If you tuned into The Ryan Tubridy Show this morning, you may have heard Ryan mention how bacteria-laden our mobile phones are. As Christmas creeps closer and many of us snap up phones to put under the tree, there's no time like the present to think about just how filthy these devices end up.
Stop reading now if you're eating lunch.
In a study carried out by Insurance2go and released in August, swabs were taken from an iPhone 6, Samsung Galaxy 8 and Google Pixel to measure how much aerobic bacteria, yeast and mould could be found on them.
As they spend the vast majority of our waking days either nestled under our hair and against our faces, gripped in our hands and tossed on god knows what kinds of surfaces, it's not surprising that they pick up a lot of bacteria.
The highest levels of bacteria were found on the phones’ screens, with 100 colony forming units (CFU) per cm2 for the Samsung Galaxy, 40 CFU for the iPhone, and 12 CFU for the Google Pixel. This is compared to 24 CFU on a toilet seat and flush.
The back of the phone, the lock button and the home button were also packed with bacteria. And that's not all: a beauty blender was found to have 24 CFU per cm2, while a make-up brush had 0.4 CFU, with especially high levels of mould.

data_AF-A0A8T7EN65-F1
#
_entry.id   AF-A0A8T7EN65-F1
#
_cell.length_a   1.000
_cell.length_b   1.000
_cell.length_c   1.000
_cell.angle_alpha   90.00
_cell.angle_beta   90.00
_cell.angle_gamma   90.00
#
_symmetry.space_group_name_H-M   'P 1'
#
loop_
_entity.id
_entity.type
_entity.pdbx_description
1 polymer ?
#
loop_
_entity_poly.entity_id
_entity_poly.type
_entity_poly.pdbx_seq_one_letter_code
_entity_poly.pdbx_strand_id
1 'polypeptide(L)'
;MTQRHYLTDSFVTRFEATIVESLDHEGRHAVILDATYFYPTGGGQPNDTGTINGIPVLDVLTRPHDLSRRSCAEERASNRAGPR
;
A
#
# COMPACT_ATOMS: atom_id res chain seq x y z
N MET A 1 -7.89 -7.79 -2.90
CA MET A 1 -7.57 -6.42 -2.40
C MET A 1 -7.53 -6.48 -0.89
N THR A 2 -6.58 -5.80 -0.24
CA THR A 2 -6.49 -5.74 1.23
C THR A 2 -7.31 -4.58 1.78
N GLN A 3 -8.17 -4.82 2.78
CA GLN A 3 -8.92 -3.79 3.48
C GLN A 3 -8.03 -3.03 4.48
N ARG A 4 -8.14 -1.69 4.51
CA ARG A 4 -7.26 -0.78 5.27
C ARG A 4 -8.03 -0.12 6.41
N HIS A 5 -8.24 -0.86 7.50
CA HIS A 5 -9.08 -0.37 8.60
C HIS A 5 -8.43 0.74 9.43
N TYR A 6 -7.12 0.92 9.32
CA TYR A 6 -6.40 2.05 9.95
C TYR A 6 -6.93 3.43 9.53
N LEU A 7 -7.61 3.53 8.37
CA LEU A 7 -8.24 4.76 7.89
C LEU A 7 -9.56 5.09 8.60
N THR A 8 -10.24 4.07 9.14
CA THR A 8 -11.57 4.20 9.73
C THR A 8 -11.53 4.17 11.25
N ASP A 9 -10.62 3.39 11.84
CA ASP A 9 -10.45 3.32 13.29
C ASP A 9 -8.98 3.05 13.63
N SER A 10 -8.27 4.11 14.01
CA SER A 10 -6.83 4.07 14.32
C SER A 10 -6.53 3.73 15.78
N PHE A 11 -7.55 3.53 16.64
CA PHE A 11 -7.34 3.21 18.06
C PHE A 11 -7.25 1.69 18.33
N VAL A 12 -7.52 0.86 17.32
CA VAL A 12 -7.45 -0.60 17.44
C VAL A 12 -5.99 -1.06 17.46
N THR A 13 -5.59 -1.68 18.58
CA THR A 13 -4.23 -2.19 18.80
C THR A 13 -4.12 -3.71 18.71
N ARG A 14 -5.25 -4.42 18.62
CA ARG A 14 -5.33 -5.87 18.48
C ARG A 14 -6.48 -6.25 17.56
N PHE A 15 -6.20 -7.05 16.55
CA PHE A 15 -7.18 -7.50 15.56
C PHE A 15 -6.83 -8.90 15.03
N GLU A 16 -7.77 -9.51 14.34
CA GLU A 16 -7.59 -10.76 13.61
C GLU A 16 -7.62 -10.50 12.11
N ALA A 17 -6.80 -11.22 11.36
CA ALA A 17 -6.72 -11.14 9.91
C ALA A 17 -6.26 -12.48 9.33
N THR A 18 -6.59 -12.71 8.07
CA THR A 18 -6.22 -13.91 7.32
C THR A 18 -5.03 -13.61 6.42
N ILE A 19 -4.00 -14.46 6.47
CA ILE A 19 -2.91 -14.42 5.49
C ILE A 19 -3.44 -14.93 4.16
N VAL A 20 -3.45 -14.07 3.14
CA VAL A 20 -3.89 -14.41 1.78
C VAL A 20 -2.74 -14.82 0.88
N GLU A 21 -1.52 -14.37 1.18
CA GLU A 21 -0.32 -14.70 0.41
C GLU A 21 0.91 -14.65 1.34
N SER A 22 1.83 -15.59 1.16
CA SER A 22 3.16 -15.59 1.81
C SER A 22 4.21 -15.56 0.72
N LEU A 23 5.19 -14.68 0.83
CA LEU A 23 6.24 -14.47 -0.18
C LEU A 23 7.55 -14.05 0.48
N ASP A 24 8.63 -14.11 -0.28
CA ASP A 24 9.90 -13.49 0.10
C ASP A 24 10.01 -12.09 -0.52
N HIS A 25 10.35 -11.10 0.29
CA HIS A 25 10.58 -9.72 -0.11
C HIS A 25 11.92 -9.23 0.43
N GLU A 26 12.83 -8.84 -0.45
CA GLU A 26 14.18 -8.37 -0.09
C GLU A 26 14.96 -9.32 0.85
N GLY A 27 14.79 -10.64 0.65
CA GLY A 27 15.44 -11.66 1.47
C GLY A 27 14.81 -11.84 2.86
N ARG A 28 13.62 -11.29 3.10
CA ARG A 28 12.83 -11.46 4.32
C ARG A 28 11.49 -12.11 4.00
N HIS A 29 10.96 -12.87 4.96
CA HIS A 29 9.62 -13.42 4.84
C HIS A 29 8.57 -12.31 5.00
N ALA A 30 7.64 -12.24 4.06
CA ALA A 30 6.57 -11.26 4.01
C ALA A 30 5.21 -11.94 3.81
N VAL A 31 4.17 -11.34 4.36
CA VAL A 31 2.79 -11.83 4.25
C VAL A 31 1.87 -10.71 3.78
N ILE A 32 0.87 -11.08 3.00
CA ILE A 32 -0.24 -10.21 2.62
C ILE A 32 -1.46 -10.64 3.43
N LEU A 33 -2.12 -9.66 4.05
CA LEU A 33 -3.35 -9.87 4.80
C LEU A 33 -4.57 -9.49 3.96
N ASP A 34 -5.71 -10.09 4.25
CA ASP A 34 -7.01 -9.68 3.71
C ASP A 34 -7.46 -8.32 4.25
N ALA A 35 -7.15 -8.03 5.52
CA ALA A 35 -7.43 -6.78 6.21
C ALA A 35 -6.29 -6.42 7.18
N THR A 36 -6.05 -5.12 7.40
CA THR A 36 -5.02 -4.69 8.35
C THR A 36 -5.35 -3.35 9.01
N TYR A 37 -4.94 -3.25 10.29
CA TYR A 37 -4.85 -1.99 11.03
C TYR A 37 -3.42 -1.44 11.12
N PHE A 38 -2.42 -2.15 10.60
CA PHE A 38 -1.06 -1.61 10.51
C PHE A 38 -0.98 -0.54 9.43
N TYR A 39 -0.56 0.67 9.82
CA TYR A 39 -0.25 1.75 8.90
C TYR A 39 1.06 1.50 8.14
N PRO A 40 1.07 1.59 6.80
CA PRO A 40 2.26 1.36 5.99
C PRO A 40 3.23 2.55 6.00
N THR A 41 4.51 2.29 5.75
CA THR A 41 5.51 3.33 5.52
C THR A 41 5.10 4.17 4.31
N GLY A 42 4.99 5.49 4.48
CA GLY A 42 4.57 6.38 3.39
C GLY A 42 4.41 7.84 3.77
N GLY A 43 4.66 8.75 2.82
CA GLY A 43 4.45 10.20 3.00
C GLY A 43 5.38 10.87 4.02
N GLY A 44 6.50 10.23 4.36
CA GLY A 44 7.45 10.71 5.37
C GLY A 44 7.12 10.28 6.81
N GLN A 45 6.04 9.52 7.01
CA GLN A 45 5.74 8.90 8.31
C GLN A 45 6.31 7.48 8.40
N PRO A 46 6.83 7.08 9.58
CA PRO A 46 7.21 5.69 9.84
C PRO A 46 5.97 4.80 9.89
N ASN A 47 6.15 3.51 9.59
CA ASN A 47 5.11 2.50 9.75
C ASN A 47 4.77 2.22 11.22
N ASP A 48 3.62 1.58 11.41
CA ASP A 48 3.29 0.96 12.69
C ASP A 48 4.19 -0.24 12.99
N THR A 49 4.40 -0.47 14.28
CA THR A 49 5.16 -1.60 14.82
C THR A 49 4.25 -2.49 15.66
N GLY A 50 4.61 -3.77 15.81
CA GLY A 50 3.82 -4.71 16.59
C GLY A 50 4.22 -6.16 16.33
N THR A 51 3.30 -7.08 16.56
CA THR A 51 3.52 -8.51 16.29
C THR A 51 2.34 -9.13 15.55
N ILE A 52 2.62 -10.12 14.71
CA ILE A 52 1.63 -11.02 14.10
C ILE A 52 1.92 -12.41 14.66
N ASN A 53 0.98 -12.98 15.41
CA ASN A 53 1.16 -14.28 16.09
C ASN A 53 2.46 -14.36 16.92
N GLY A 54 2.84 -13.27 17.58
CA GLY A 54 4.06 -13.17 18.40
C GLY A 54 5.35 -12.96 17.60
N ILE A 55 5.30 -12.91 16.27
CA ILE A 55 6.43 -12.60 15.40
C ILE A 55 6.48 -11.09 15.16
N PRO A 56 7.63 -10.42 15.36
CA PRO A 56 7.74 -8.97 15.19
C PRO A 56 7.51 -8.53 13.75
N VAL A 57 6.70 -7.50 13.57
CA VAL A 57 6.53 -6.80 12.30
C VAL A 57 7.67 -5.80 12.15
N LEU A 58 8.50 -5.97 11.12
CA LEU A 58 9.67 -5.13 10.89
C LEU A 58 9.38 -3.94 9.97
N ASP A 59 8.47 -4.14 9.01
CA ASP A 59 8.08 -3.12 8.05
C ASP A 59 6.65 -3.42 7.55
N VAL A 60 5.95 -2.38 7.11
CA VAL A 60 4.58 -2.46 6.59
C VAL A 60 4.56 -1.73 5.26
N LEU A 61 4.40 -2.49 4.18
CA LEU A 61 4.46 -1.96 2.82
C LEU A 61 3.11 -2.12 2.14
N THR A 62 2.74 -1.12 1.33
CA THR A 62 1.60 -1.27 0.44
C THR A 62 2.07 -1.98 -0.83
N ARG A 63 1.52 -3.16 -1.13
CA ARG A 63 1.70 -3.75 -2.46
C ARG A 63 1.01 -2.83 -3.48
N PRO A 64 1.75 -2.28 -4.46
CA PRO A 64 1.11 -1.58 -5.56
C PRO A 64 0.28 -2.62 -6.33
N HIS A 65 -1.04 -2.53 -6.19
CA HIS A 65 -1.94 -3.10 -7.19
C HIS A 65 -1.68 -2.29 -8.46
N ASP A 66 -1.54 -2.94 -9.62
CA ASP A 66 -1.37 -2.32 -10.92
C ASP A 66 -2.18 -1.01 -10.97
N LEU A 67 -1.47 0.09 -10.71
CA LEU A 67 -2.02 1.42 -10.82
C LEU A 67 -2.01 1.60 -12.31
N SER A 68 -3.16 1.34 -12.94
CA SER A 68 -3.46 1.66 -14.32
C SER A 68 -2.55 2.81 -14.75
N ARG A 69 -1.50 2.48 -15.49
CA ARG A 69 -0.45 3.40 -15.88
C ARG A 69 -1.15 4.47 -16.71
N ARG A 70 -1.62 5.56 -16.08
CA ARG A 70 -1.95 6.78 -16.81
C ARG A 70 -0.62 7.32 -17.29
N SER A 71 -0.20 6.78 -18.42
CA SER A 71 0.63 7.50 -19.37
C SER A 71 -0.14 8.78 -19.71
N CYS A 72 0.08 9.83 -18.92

So while you're planning your Christmas makeup looks, maybe give your brushes and sponges another quick wash with some disinfectant...
As the majority of the bacteria present on these items came from you, they are unlikely to make you sick. But aside from nit-picking about cleanliness, there are practical reasons for being mindful about how dirty your devices are.
Smartphones are a significant cause of acne and skin irritations, according to Dr Shirin Lakhani, from Elite Aesthetics, who spoke about this at the time of the survey's release.
One way to avoid such contamination is to regularly wipe your phone down with an alcohol wipe before use, or using a headset or headphones when speaking on the phone.